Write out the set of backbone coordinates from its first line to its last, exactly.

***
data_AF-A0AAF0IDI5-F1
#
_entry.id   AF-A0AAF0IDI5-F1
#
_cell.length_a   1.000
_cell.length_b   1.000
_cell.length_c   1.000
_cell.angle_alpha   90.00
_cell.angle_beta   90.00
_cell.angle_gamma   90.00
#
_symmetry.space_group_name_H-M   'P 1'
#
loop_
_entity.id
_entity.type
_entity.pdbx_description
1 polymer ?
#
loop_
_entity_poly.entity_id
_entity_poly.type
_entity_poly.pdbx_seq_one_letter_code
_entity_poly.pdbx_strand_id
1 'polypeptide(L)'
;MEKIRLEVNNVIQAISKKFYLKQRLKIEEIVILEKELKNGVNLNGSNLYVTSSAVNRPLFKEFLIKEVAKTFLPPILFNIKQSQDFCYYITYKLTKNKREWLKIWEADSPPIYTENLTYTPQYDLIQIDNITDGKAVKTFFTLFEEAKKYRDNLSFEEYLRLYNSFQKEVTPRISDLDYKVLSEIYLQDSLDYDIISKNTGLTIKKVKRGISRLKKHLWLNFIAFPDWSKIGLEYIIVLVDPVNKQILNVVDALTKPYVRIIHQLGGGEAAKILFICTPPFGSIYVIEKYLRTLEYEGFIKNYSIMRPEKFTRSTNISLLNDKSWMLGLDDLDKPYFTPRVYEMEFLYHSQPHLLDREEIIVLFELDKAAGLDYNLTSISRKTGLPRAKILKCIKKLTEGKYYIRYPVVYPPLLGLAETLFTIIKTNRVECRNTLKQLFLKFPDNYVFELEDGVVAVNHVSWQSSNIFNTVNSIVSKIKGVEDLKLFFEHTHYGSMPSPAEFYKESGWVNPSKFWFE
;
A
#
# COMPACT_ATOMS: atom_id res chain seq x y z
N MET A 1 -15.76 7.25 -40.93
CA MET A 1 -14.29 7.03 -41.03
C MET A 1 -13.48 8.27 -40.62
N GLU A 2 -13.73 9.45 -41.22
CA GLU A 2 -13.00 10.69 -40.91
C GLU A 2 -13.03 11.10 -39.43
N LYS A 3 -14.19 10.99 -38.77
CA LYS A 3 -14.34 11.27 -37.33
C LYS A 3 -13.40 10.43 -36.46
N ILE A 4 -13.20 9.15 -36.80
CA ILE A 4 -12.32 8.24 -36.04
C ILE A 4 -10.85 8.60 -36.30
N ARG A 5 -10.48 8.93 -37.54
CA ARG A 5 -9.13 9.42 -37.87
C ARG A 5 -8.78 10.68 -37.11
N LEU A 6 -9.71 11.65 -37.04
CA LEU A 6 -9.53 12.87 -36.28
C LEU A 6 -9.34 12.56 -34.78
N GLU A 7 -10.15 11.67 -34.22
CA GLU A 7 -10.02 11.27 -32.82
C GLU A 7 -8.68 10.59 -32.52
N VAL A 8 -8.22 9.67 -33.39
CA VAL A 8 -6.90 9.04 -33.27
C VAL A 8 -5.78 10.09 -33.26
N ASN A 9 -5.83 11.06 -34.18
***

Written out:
data_AF-A0AAF0IDI5-F1
#
_entry.id   AF-A0AAF0IDI5-F1
#
_cell.length_a   1.000
_cell.length_b   1.000
_cell.length_c   1.000
_cell.angle_alpha   90.00
_cell.angle_beta   90.00
_cell.angle_gamma   90.00
#
_symmetry.space_group_name_H-M   'P 1'
#
loop_
_entity.id
_entity.type
_entity.pdbx_description
1 polymer ?
#
loop_
_entity_poly.entity_id
_entity_poly.type
_entity_poly.pdbx_seq_one_letter_code
_entity_poly.pdbx_strand_id
1 'polypeptide(L)'
;MEKIRLEVNNVIQAISKKFYLKQRLKIEEIVILEKELKNGVNLNGSNLYVTSSAVNRPLFKEFLIKEVAKTFLPPILFNIKQSQDFCYYITYKLTKNKREWLKIWEADSPPIYTENLTYTPQYDLIQIDNITDGKAVKTFFTLFEEAKKYRDNLSFEEYLRLYNSFQKEVTPRISDLDYKVLSEIYLQDSLDYDIISKNTGLTIKKVKRGISRLKKHLWLNFIAFPDWSKIGLEYIIVLVDPVNKQILNVVDALTKPYVRIIHQLGGGEAAKILFICTPPFGSIYVIEKYLRTLEYEGFIKNYSIMRPEKFTRSTNISLLNDKSWMLGLDDLDKPYFTPRVYEMEFLYHSQPHLLDREEIIVLFELDKAAGLDYNLTSISRKTGLPRAKILKCIKKLTEGKYYIRYPVVYPPLLGLAETLFTIIKTNRVECRNTLKQLFLKFPDNYVFELEDGVVAVNHVSWQSSNIFNTVNSIVSKIKGVEDLKLFFEHTHYGSMPSPAEFYKESGWVNPSKFWFE
;
A
#
# COMPACT_ATOMS: atom_id res chain seq x y z
N MET A 1 -15.76 7.25 -40.93
CA MET A 1 -14.29 7.03 -41.03
C MET A 1 -13.48 8.27 -40.62
N GLU A 2 -13.73 9.45 -41.22
CA GLU A 2 -13.00 10.69 -40.91
C GLU A 2 -13.03 11.10 -39.43
N LYS A 3 -14.19 10.99 -38.77
CA LYS A 3 -14.34 11.27 -37.33
C LYS A 3 -13.40 10.43 -36.46
N ILE A 4 -13.20 9.15 -36.80
CA ILE A 4 -12.32 8.24 -36.04
C ILE A 4 -10.85 8.60 -36.30
N ARG A 5 -10.48 8.93 -37.54
CA ARG A 5 -9.13 9.42 -37.87
C ARG A 5 -8.78 10.68 -37.11
N LEU A 6 -9.71 11.65 -37.04
CA LEU A 6 -9.53 12.87 -36.28
C LEU A 6 -9.34 12.56 -34.78
N GLU A 7 -10.15 11.67 -34.22
CA GLU A 7 -10.02 11.27 -32.82
C GLU A 7 -8.68 10.59 -32.52
N VAL A 8 -8.22 9.67 -33.39
CA VAL A 8 -6.90 9.04 -33.27
C VAL A 8 -5.78 10.09 -33.26
N ASN A 9 -5.83 11.06 -34.18